THOUSANDS OF council workers in Hackney, east London, struck for a day on 20 December in a big escalation of the battle against cuts pushed through by the ruling Tory-Labour coalition. The action before Christmas was extremely effective and needs to be built on now, because very serious challenges lie ahead. The unions organised emergency cover, but apart from that there was an almost total shutdown in both the manual and white collar services.
Strikes by GMB and UNISON union members, and solidarity from teachers, meant that 24 schools closed. At some schools there were 100 people picketing in a tremendous display of unity and determination. From early morning pickets were out at all the main depots.
Janet, a striking UNISON member at the Morning Lane complex, told Socialist Worker, 'We have been pushed too far by this council, which wants to make the workforce pay for the council's mistakes and the government's cuts. 'This is not just about defending our jobs and our pay. It is about stopping a very serious assault on the services used by the local community.' By 9am big groups of pickets ringed the town hall. Members of the UNISON, TGWU, GMB, UCATT and MSF unions came together to show they were ready for a serious fightback.
In the afternoon an exuberant march from Hackney to near the luxury offices of the finance houses in the City made the point that there is plenty of money to fund services but it is in the wrong hands. 'It was great we were all out together, and I really felt we had a bit of power to make the council and the government listen to us,' said Mick, a GMB member in the gardeners' section.
The only poor aspect of the day was the lack of strikes in the newly-privatised bins and street cleansing sections. Regional union officials stopped action for fear of the anti-union laws. At a lunchtime rally speaker after speaker warned the council's managing director, £150,000 a year 'Mad Max' Caller, that unless he backed off more strikes would be on the way.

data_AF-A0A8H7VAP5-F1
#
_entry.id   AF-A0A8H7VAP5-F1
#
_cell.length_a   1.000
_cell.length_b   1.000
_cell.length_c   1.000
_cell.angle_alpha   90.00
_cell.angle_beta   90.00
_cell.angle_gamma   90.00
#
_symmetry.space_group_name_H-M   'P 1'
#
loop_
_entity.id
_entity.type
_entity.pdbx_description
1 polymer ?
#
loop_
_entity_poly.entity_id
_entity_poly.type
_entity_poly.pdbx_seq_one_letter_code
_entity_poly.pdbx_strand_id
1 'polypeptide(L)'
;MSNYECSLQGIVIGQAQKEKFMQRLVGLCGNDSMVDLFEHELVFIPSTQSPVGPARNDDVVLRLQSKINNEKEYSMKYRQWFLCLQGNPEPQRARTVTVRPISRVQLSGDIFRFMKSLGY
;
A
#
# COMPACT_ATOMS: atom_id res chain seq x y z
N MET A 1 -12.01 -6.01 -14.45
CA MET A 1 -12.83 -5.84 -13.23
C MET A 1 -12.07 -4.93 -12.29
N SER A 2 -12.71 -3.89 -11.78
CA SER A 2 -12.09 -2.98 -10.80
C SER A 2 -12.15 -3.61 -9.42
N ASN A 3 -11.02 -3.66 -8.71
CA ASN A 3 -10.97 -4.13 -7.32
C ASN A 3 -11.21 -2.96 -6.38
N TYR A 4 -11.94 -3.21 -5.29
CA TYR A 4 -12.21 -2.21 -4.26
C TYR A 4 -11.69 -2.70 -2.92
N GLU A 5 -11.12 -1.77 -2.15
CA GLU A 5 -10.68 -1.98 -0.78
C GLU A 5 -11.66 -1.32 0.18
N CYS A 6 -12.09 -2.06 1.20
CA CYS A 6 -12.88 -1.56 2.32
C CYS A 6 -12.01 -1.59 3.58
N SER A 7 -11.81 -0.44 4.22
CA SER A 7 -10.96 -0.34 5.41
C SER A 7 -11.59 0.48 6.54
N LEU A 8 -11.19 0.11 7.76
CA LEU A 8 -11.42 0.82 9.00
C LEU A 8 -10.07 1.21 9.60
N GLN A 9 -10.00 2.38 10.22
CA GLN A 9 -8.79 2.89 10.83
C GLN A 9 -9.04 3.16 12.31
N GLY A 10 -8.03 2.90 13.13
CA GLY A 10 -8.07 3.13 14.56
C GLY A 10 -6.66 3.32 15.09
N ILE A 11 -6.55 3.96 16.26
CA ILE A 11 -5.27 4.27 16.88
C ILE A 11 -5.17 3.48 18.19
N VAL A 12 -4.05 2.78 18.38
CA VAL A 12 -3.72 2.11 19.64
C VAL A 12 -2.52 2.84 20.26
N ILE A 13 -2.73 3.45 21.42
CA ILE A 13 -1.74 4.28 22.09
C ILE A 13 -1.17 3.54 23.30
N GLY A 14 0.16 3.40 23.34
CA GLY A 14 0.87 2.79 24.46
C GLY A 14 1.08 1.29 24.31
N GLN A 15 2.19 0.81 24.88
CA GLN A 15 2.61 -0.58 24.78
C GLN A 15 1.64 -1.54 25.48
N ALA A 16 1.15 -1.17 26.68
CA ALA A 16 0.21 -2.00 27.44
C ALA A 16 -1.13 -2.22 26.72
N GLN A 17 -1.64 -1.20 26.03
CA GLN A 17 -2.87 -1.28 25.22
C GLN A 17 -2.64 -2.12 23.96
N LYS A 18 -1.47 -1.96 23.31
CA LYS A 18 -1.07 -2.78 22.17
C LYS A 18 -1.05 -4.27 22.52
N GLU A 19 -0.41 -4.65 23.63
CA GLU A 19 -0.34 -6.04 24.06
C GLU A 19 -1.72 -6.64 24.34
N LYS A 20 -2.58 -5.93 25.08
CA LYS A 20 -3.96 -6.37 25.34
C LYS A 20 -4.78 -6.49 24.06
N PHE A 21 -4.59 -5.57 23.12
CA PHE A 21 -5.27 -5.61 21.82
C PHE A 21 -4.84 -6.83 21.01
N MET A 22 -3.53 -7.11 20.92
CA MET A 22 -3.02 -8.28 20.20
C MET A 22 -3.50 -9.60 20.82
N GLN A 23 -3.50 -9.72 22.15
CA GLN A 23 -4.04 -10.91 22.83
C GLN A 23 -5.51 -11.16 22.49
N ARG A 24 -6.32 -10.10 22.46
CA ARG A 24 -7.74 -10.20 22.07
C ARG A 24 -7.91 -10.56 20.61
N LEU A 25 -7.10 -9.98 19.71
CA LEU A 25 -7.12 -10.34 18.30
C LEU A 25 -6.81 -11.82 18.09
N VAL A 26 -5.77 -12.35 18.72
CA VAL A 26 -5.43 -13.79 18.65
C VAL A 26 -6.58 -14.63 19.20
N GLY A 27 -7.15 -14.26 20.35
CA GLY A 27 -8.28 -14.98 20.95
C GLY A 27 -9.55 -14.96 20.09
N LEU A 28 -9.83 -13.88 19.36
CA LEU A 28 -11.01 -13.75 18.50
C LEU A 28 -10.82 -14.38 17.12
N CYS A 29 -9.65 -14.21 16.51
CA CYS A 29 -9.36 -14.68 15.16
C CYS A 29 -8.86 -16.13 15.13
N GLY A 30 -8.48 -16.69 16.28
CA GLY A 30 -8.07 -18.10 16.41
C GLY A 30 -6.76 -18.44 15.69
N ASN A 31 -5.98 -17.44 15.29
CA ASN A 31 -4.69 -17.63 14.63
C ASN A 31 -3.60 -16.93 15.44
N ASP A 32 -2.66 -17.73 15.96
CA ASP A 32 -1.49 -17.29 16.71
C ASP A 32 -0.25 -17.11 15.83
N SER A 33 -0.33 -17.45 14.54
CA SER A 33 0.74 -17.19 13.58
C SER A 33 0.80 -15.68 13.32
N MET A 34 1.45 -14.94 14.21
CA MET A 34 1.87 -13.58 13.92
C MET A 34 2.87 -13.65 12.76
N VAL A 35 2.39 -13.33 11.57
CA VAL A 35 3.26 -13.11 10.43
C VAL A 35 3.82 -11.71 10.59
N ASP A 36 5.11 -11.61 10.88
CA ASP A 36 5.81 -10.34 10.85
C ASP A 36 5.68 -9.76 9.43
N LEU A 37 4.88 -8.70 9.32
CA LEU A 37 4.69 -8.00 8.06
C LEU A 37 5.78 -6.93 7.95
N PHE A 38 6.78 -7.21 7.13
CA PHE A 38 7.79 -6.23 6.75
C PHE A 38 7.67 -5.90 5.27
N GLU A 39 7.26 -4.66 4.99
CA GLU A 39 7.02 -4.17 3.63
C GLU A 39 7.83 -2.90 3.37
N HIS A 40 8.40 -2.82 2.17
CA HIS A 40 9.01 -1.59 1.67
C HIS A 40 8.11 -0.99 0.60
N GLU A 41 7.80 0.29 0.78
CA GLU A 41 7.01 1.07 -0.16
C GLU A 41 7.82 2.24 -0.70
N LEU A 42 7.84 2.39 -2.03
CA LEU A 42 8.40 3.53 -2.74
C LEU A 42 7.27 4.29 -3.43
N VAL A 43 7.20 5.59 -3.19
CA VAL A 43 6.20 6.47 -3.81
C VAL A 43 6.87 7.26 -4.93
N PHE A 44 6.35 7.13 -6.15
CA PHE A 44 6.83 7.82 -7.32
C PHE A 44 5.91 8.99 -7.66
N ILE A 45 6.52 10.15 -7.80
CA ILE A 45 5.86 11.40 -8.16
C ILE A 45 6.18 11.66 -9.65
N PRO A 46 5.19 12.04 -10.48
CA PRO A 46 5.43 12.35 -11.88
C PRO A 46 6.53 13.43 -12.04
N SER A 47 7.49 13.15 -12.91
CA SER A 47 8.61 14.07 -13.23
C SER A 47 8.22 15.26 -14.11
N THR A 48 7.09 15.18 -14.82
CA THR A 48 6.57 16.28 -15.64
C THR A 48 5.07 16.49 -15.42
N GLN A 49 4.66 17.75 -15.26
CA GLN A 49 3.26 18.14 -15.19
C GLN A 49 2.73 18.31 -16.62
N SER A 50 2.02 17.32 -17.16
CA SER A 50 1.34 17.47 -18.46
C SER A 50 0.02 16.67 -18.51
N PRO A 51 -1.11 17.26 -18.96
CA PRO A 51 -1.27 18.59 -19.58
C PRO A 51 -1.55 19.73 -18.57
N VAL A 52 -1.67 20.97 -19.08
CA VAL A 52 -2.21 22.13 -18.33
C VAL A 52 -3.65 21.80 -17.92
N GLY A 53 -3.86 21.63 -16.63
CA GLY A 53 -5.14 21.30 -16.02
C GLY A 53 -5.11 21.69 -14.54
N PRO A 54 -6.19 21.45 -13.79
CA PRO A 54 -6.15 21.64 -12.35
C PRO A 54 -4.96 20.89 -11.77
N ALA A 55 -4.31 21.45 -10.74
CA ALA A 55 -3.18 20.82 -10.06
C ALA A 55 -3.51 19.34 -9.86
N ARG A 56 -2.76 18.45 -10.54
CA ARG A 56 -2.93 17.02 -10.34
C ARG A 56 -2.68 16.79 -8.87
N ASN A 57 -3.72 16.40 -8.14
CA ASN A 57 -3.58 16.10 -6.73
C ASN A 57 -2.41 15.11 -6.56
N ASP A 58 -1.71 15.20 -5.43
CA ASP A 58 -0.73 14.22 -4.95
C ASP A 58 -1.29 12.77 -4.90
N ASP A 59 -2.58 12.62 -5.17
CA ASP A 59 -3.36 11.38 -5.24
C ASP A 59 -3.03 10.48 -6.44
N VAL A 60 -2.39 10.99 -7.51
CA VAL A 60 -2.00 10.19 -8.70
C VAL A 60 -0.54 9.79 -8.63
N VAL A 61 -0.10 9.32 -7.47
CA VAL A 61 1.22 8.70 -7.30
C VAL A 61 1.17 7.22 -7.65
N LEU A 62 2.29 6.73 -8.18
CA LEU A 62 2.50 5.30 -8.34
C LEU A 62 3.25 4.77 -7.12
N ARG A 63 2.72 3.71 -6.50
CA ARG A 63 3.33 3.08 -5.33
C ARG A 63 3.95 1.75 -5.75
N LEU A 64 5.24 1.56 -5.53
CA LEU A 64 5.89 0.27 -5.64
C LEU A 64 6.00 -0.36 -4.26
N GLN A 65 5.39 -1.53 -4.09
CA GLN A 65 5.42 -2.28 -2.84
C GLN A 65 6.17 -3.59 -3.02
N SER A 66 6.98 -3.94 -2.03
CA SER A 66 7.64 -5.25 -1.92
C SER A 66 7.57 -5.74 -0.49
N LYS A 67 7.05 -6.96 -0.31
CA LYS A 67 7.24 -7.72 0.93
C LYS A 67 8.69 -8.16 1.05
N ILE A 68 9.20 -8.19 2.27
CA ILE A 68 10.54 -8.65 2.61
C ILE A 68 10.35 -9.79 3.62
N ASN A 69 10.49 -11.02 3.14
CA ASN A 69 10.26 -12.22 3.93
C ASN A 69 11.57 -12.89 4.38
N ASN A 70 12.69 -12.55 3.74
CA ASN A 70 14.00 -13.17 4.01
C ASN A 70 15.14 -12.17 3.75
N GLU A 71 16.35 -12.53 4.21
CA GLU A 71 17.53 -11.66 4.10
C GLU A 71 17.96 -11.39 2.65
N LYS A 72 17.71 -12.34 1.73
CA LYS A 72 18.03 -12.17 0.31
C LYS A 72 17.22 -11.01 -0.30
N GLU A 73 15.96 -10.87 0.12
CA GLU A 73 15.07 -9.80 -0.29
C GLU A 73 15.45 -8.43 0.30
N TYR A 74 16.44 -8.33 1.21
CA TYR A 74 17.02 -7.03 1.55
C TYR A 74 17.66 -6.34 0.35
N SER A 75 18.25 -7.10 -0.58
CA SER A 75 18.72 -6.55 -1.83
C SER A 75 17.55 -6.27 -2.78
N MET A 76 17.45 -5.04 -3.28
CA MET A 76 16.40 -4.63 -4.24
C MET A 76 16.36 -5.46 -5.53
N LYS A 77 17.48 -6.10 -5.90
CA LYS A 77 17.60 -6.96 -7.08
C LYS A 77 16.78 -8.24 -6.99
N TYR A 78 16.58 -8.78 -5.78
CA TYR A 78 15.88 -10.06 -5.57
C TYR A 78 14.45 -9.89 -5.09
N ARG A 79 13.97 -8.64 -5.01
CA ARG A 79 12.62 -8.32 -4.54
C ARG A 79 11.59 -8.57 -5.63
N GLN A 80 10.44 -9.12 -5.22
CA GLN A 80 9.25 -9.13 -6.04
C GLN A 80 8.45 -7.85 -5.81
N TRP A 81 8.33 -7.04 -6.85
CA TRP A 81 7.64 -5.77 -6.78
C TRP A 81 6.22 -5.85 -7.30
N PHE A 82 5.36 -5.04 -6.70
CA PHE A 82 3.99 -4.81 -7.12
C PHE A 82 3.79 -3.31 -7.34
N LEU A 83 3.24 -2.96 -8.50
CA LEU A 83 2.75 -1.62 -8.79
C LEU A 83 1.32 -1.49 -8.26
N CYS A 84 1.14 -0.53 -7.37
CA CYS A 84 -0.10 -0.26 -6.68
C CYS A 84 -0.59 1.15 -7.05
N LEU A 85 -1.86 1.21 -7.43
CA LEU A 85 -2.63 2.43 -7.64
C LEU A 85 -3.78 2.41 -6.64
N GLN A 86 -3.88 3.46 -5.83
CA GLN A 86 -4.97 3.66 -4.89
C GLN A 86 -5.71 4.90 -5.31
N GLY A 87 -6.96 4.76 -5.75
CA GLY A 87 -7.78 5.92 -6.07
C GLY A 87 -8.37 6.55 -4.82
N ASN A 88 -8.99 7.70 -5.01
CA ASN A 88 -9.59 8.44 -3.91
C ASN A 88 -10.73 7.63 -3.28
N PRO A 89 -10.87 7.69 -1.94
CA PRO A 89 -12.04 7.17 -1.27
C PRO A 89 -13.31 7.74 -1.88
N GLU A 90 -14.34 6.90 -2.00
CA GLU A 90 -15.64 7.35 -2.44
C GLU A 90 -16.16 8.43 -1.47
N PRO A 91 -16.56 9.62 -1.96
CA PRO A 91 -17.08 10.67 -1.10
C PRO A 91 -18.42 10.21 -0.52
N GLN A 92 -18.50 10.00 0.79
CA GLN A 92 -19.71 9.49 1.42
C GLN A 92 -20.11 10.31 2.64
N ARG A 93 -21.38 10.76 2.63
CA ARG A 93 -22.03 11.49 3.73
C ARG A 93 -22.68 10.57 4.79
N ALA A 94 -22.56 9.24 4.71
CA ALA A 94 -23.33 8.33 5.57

Those strikes are needed quickly. Council leaders are continuing with their cuts, urged on by the government.
They agreed a wholly misnamed 'recovery package' on the day of the strike. It means cuts of £4 million before April, a further £25 million in the financial year 2001-2, at least an additional £10 million in 2002-3 and another £11 million in 2003-4.
Even those swinging the axe admit that the effects will be far reaching. Savaging In a joint statement, councillors Jules Pipe (Labour) and Eric Ollerenshaw (Tory) said, 'This will be a painful process to come. We will have to make staff cuts, and we will have to make changes to the terms and conditions of staff.' The council boasts that the government is fully behind its assault on services and workers. New Labour ministers are certainly enthusiastic about ramming through yet more privatisation and savaging the unions.
Loans have been provided to Hackney from central government on the condition that the austerity programme goes through. But disgracefully Hackney's grant from the government next year will see one of the lowest increases in Britain. It 'rises' by just 3.3 percent, 2 percent lower than the average. When inflation and the increasing number of poor people in the borough are taken into account, the rise is actually a cut.
The disgusting Tory-Labour alliance is hell-bent on cuts. Only a serious escalation of the resistance, to all-out and indefinite strikes as soon as possible, can stop it in its tracks.
Telford & Wrekin
TWO HUNDRED people lobbied Labour-run Telford & Wrekin council a week before Christmas against proposed cuts aimed mainly at the community services section. Council union members joined the lobby, but the largest number were local people from a variety of community groups. They included charities facing massive cuts in their grants, play groups, women's groups and others.
Many parents brought children who use the threatened community services. Protesters effectively occupied the council chamber, singing alternative Christmas hymns. The mood was very angry. Most of the council meeting was inaudible because of the noise.
A public meeting to oppose the cuts is now being organised, and many council workers on the lobby were applauded for calling for strike action. Speakers from the newly-formed Socialist Alliance in Telford also went down well when they said New Labour can find the money to avoid making cuts.